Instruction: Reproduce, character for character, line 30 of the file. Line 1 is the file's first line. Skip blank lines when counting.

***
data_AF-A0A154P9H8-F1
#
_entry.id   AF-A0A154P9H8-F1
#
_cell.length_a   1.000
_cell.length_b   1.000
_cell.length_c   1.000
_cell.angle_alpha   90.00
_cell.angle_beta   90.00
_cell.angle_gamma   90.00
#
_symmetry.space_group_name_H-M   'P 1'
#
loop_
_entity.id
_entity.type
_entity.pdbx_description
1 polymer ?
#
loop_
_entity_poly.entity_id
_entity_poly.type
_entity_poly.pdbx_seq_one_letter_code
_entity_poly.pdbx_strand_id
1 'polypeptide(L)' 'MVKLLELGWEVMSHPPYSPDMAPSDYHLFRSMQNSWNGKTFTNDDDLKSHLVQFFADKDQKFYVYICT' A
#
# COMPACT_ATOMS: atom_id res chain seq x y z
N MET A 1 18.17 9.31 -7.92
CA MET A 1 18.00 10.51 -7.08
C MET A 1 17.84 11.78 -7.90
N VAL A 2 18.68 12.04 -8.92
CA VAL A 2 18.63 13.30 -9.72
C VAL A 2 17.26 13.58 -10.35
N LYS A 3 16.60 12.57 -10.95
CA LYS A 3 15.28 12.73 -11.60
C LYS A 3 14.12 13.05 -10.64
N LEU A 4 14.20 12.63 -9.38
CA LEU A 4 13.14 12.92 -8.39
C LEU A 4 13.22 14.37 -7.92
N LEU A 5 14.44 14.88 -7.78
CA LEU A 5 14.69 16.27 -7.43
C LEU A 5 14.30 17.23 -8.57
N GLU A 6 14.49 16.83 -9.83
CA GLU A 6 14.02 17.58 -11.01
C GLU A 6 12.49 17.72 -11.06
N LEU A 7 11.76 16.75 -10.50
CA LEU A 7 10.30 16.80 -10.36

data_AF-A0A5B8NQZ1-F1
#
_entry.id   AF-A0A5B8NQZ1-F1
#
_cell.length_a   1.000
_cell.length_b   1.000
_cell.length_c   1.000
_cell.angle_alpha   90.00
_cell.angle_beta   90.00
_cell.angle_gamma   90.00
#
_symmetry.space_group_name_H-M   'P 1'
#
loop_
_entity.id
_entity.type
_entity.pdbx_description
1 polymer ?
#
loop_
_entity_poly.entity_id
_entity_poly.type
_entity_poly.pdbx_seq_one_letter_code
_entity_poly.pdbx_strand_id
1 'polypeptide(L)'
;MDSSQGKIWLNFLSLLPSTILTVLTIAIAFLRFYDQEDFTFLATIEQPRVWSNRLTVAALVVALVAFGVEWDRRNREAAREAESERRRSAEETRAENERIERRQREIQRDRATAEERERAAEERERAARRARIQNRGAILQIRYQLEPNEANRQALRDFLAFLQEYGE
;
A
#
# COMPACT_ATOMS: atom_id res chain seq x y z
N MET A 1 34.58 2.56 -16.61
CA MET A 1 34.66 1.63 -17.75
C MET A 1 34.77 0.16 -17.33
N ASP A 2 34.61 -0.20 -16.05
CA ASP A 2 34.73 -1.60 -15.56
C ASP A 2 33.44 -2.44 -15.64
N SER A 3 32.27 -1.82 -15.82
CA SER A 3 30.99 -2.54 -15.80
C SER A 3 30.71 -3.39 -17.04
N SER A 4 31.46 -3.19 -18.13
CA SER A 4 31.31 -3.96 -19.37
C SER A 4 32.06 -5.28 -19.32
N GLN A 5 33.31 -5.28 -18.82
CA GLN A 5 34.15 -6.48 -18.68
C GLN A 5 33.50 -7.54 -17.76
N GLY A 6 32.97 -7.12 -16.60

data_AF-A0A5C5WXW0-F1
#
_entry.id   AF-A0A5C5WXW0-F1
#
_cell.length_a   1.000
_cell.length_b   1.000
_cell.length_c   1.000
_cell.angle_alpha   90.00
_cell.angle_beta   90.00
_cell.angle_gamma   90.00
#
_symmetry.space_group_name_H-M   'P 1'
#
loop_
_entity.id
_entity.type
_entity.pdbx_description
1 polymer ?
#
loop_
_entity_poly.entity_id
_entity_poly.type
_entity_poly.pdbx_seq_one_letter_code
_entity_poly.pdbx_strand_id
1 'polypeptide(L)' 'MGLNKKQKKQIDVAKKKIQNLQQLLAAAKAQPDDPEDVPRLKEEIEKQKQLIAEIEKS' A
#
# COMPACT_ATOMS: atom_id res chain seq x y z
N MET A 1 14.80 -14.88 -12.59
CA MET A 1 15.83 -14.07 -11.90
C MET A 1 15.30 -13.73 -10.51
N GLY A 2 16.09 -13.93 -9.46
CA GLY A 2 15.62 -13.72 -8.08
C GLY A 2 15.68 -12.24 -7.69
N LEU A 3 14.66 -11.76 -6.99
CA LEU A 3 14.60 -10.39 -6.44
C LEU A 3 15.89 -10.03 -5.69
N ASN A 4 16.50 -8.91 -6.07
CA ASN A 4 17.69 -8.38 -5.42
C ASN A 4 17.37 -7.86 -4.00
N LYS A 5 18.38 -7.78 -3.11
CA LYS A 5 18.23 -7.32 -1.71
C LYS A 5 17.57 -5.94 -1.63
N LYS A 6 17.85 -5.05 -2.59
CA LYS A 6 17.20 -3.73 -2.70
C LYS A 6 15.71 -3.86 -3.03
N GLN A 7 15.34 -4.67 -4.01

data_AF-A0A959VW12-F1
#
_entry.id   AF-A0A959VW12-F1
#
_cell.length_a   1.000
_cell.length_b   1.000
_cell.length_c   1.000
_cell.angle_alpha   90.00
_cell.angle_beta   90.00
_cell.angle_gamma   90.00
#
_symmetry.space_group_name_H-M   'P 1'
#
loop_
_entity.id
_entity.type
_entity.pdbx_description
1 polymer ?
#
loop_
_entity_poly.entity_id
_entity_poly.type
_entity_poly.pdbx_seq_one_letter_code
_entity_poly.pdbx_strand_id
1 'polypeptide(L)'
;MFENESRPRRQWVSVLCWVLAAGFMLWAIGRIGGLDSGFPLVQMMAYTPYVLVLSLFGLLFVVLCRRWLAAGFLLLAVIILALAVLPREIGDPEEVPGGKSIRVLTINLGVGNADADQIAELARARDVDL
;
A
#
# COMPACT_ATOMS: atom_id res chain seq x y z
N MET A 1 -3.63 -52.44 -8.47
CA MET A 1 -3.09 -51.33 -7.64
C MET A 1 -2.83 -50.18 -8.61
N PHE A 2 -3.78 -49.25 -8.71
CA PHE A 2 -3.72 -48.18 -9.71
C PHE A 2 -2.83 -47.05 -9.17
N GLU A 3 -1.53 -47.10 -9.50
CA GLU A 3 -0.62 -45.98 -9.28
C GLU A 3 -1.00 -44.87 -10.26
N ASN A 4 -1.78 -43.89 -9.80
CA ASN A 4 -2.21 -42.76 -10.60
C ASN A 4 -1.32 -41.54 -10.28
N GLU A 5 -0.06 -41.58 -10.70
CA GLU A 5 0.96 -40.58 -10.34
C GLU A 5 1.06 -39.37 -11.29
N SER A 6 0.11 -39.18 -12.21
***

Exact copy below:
C MET A 1 17.84 11.78 -7.90